When we think of the Blues the first places that come to mind are always the delta and Chicago. And although that’s not wrong, Blues music was played regionally in many parts of the country. One place with a rich Blues history is California, with the creation of West Coast Blues. This blues has a very unique sounds that isn’t present in other styles of Blues and it’s dances tend to be more footwork and stretchy. So, what is makes this style what it is, and why should you know about it?
West coast blues didn’t really exist prior to WWII. The great migration was the catalyst for this music being brought to California. As black people left the south in droves not all went to Chicago, many took the sunset route. There was a train that ran from New Orleans to California. It went to LA and during this time the population of LA became significantly more diverse since it was so easy to just take the train away from the south.
In particular Blacks from Texas moved there. With them they brought their particular style of Texas Blues. This Blues had a focus on laid back swing rhythms and used guitars as a vocal sound or extenstion, instead of rhythm to back vocals. In time this Blues took off and with the introduction of the electricity Guitar shifted to what we know today as West Coast Blues.
West Coast Blues is an genre of blues with a very distinct sound. Since it was developed later than some other styles of blues it pulls from some other ideas. One style it pulls from is called jump blues. Jump blues is the style between blues and swing that was popular in the 1940s. If you’ve danced lindy hop you have danced to this music. This genre helped push blues into R&B and Rock as it developed and changed.
West coast blues was also heavily influenced but the major cities it was found, The bay, LA, and Oakland. Areas that later became hot spots for many styles of Black music. Just as West Coast hip hop has a more relaxed and open feel to it, you can hear this in the blues of this area. This music was also gaining popularity around the time of the eclectic guitar and it can be heard through out the styles.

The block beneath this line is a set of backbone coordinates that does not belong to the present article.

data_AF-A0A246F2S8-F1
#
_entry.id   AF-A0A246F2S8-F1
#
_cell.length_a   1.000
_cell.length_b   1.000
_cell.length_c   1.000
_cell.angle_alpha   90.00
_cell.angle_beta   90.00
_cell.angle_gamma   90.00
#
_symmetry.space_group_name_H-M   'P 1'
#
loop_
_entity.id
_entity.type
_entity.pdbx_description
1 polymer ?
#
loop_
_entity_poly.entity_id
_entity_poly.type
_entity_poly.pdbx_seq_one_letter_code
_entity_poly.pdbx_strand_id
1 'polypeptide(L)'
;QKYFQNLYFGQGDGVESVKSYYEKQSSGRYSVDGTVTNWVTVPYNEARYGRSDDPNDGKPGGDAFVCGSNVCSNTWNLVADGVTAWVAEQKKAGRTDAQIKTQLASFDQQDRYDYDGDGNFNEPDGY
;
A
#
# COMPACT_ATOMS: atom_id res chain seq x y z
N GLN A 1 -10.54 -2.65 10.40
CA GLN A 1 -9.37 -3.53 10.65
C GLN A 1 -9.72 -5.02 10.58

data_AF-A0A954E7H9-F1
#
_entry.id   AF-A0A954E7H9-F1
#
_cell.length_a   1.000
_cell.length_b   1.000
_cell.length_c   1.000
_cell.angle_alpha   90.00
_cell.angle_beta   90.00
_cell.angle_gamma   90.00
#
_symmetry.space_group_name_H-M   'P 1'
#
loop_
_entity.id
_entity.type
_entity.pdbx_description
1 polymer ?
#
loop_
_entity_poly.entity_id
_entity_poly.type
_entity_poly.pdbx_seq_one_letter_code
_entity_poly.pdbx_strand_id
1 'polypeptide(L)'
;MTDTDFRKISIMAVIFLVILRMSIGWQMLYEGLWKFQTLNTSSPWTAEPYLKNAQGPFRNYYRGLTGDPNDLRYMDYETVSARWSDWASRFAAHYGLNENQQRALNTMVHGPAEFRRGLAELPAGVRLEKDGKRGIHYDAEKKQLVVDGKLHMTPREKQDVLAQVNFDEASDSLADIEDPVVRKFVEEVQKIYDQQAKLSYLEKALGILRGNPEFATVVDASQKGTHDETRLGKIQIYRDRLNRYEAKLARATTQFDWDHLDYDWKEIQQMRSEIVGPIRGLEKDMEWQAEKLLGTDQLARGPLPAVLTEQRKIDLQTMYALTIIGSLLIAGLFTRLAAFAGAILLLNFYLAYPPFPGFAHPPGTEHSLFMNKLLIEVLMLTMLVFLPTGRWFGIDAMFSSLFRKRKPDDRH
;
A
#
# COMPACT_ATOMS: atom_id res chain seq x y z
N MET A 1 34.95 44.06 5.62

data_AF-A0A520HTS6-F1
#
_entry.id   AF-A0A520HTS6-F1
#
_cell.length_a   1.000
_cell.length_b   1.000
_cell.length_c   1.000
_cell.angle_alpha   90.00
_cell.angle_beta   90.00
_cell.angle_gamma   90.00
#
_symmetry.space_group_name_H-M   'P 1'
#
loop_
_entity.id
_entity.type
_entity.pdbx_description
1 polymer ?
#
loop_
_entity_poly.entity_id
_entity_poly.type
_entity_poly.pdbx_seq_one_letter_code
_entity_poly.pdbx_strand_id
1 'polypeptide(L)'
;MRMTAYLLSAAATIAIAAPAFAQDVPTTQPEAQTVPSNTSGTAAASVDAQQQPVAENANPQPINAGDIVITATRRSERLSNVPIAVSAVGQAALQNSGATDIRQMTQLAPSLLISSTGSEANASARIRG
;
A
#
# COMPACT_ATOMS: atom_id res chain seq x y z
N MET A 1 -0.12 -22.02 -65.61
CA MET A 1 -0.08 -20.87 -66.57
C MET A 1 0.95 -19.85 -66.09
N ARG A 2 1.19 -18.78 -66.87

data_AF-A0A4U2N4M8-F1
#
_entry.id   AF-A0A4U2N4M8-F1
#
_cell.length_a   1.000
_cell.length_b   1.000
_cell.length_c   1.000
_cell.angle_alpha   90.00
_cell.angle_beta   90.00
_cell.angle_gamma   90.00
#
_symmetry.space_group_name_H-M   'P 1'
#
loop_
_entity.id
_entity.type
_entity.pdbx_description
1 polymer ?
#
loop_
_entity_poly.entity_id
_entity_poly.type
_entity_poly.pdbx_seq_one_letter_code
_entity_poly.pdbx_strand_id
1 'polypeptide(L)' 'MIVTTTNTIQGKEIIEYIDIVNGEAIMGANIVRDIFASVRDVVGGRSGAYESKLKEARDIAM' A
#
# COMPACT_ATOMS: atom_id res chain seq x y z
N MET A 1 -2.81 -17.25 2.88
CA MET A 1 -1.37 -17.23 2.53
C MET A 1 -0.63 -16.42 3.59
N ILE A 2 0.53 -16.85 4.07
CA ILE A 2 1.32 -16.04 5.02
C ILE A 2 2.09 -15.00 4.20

Possibly the most importantly the piano. Ragtime was a popular piano style around the time of West Coast Blues’s sound becoming defined. Rag time was mostly played in places there was a piano since, unlike the guitar, pianos don’t move easily. This style became popular at concerts, and parties. On the east coast this style fully developed into stride with time. On the west coast this styles seems to have melded more with blues, slowed and opened up. The piano sounds seems to have moved more towards what we think of today as “blues piano”* and stride.
One thing to keep in mind is the that genre labels are just made up post musical creation. Additionally just because we now say that stride was created on the east coast doesn’t mean that a group of people playing a similar music couldn’t develop a similar style in an isolated group across the country at the same time.
This all comes together for a stretchy, piano and guitar heavy, swinging surf esc blues style which is very unique to the west coast.
As the blues dance community becomes more aware of the lesser known regional styles, texas shuffle comes up. it’s a style done to some west coast blues music. The dance reflects the music in it’s subverting some ideas found in other blues dance styles and focuses on the back and forth between dancers/instruments, a strechiness and plying with rhythms.
*I keep saying seems because the information is rather limited.